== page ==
“Many women in rural areas in Uganda cannot get a daily income as I do. Many often have a tendency of judging jobs, not knowing that even a journey of a thousand miles starts with one step.”
Agnes Kadogo, a mother of two, came from Tanzania to Uganda in 2015 to look for a job.
Kadogo's search landed her in a rice garden. At first, it was so hard for Kadogo to come to terms with the hard labour and working in the swamp where rice is planted.
But, because that was the opportunity that had come her way, Kadogo decided to have a change of mindset.
"I stopped focusing on the mud. I wake up daily to this muddy garden to dig because I realised what I was getting myself out of the job," she said.
Kadogo, who now works at Kibimba in Bugiri district, said she earns sh6,000 daily, which she says is a dream come true.
"Many women in rural areas in Uganda cannot get a daily income as I do. Many often have a tendency of judging jobs, not knowing that even a journey of a thousand miles starts with one step," she says.
Kadogo has taken care of her two children. She says she is also gaining more experience so that when she goes back to her home country, she can employ other people.
She, however, asked the government to license rice seeds so that farmers can get quality and clean seeds.
"Tanzania grows rice because it is one of the staple foods there. Finding a job in a rice company was a godsend because I am now earning and saving. My long term goal is to go back to Tanzania and buy land, where I will still engage in rice farming because I now have the experience. I know the right seeds to plant, the inches to measure when I am making a nursery garden and, above all, I have got the market and economic knowledge on the rice," she said.
Mustafa Affan, a resident of Bugunga village in Bugiri district and a father of four, said he could not think about another job other than growing rice. He says the sh5,500 that he earns daily for the less than six hours of work in the garden, is better than many odd jobs that youth engage in.
FARMERS GET A BOOST
Jemilah Nabirye, another rice farmer in Butaleja district, said when the International Fertiliser Development Centre (IFDC) started the Resilient Efficient Agribusiness Chains in Uganda (REACH-Uganda) project in Butaleja, she did not know that she could get 20 bags of rice out of half an acre.
She said before REACHUganda project came, they practised subsistence farming and did not bother about markets.
The REACH-Uganda project has improved the level of market engagement by farmers, strengthened household resilience and increased the availability of agriculture support services, farmers and businesses in the rice value chains.
Nabirye said by employing a market systems approach to development, they have boosted their local markets and they now function more effectively, sustainably and beneficially for the farmers.
She, however, said finding clean seed for rice is next to impossible since government has not licensed the sale of rice seeds. "We are still planting seeds that we get from our harvests, which compromises the quality and quantity of our yields.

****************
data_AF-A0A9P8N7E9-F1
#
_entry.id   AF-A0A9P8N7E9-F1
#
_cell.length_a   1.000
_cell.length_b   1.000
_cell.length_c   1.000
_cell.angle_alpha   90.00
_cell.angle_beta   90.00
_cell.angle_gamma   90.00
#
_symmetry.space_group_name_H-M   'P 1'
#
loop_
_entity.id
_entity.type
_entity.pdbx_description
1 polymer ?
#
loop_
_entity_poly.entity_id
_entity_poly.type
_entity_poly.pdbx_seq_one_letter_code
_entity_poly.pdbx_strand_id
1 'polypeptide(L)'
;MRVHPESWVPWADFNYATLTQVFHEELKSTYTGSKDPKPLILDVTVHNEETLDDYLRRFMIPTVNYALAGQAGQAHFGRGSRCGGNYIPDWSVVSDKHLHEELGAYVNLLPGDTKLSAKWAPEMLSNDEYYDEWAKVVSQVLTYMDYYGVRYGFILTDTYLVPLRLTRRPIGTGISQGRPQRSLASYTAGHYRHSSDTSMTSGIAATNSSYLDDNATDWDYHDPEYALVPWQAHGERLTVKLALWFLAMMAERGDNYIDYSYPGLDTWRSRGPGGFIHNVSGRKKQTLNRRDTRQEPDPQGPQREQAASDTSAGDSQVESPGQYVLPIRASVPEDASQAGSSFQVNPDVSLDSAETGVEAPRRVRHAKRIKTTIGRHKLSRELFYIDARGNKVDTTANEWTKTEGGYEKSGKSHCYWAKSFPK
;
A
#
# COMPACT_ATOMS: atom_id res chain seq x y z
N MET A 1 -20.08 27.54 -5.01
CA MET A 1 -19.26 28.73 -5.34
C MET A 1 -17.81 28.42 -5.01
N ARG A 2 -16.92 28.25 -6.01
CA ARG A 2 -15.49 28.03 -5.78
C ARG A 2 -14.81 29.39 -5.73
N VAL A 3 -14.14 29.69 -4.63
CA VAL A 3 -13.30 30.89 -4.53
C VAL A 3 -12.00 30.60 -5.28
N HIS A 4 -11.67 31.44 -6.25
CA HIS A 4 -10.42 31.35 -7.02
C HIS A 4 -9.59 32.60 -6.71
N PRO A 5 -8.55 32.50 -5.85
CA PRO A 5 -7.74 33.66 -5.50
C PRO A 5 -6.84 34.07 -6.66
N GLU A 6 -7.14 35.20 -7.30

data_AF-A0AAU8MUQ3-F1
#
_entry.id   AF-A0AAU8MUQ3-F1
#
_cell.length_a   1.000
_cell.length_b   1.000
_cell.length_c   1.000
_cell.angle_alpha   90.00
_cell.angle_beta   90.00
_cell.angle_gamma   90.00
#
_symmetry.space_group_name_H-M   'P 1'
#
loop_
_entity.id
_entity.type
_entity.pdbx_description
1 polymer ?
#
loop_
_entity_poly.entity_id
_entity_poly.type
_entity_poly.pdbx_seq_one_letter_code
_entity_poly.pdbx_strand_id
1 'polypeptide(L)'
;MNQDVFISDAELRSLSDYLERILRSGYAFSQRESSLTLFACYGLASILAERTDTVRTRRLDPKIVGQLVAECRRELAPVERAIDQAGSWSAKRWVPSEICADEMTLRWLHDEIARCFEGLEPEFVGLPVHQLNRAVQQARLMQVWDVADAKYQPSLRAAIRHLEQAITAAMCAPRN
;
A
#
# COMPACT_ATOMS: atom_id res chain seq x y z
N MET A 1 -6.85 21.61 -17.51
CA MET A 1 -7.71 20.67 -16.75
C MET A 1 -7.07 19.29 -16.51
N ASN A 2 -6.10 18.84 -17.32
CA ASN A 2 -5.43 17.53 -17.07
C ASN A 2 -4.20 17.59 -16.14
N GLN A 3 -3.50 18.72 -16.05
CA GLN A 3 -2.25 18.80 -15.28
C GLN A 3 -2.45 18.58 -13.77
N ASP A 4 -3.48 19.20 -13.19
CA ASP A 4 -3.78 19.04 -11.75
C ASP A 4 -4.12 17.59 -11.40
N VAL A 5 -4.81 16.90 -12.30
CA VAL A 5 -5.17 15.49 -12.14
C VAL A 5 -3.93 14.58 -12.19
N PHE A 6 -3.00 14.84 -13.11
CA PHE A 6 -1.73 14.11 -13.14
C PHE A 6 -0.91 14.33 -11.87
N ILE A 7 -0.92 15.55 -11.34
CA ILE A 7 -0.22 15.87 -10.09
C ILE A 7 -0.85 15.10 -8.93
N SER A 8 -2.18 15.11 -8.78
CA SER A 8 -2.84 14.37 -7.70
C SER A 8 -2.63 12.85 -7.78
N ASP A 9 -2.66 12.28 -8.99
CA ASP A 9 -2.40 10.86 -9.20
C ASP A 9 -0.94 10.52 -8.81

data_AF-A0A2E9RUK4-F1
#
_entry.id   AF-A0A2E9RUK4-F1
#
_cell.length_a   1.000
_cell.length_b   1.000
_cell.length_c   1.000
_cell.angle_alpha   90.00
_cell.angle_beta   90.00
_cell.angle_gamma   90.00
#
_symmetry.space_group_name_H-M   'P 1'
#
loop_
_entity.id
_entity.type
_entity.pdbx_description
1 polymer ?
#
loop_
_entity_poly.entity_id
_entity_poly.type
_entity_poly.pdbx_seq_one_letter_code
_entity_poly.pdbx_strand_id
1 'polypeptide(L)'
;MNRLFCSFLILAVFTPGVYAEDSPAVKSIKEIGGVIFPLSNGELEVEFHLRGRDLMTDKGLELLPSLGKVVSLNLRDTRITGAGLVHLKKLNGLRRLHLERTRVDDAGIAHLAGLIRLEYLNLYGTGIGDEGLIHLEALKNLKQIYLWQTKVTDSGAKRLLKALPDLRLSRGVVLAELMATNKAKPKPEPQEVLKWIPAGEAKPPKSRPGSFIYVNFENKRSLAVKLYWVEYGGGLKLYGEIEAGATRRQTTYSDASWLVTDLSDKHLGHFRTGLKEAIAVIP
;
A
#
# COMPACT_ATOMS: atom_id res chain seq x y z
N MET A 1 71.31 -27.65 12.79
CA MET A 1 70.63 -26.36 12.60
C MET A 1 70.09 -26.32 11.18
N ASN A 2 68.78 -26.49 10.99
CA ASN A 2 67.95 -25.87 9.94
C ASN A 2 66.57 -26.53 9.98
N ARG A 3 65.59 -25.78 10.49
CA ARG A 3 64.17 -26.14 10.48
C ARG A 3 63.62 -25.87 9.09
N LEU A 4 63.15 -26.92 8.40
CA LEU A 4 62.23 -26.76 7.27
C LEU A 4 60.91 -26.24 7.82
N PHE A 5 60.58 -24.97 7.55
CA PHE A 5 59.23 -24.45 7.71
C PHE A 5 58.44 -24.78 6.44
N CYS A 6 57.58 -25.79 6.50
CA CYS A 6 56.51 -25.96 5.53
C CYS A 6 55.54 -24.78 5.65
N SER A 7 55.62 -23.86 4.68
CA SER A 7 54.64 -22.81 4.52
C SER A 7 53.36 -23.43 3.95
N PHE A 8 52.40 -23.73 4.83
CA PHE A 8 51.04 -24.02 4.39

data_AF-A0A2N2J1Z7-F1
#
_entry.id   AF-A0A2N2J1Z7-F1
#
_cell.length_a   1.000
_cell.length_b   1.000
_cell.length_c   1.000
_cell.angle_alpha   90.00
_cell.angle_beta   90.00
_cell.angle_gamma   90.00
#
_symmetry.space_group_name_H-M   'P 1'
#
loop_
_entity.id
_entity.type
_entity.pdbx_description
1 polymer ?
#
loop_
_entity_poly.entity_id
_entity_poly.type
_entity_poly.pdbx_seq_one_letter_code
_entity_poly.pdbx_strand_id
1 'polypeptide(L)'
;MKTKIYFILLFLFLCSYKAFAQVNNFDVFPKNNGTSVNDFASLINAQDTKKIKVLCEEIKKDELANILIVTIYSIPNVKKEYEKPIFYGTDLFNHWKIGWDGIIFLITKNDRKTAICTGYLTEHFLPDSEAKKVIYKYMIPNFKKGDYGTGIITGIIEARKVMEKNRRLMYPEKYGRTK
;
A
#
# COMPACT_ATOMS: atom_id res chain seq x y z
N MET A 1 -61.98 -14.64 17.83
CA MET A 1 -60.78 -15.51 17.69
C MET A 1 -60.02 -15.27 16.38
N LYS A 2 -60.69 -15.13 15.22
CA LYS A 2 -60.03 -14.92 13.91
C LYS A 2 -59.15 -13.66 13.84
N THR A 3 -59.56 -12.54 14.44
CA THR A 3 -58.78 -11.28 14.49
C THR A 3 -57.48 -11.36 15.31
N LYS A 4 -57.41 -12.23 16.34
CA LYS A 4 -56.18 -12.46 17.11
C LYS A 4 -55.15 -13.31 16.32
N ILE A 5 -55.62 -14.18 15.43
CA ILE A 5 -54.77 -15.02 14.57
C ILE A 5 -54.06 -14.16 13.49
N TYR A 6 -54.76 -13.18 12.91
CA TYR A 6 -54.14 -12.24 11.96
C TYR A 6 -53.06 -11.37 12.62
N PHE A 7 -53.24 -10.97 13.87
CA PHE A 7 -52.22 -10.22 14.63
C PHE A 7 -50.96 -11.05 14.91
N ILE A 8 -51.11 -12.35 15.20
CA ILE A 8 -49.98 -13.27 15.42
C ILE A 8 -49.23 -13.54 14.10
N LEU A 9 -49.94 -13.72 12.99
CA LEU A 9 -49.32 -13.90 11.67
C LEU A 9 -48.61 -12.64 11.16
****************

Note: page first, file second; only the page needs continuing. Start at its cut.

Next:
If the government could speed up the process of allowing big actors in the rice farming to produce clean seed, it will go a long way in improving the quality of the rice we produce and also give farmers more profit," she said.
Ronald Lamo, the IFDC regional co-ordinator, said they have trained nearly 40,000 rice farmers to improve their capacity on how to access rice markets and increase productivity.
REACH-Uganda encourages farmers to emphasise climate-smart agricultural practices, diversify their income sources and teaches them how to access to finance.
The project is funded by the Embassy of the Kingdom of the Netherlands. Partners include Cardno Emerging Markets, the Ministry of Agriculture, Animal Industry, and Fisheries (MAAIF), the National Agricultural Research Organisation (NARO), and the Royal Tropical Institute.
Lamo said farmers are facing challenges of climate change, torrential rains, seasonal roads, lack of information about rice markets as well as poor rice seeds. He said farmers also find difficulty in accessing loans in case they want to expand their enterprises.
Lamo said the government's policy to import rice from China, Pakistan and India was affecting the local farmers since the cost of production of the foreign businesses is way lower than for local farmers.
WORKING WITH OUT-GROWERS
Venugopal Pookat, the managing director of Kibimba Limited, said they are training out-growers to produce their own seed. Abubaker Kiirya, the chairperson of Geshaho farmers savings group in Napinga village, Busolwe subcounty in Butaleja district, said IFDC taught them a saving culture and connected them to financial institutions.
"We started borrowing sh5m, in 2017, but now our loan facility has grown to sh45m," he said. Kiirya said they were also given technical advice on how to utilise the money they get from banks.
Lamo said they have created linkages between farmers and traders, to eliminate middlemen. "We also organise them to groups and link them with the Microfinance Support Centre, where farmers are given money as a group," he said.
David Slane, the Chief of Party and country representative of IFDC, said they are working with the Integrated Seed Sector Development Project and coordinating with the Directorate of Seed Certification under the agriculture ministry, to ensure that the firms are formally licensed to produce rice seed that meets all the legal requirements under the prevailing seed regulations.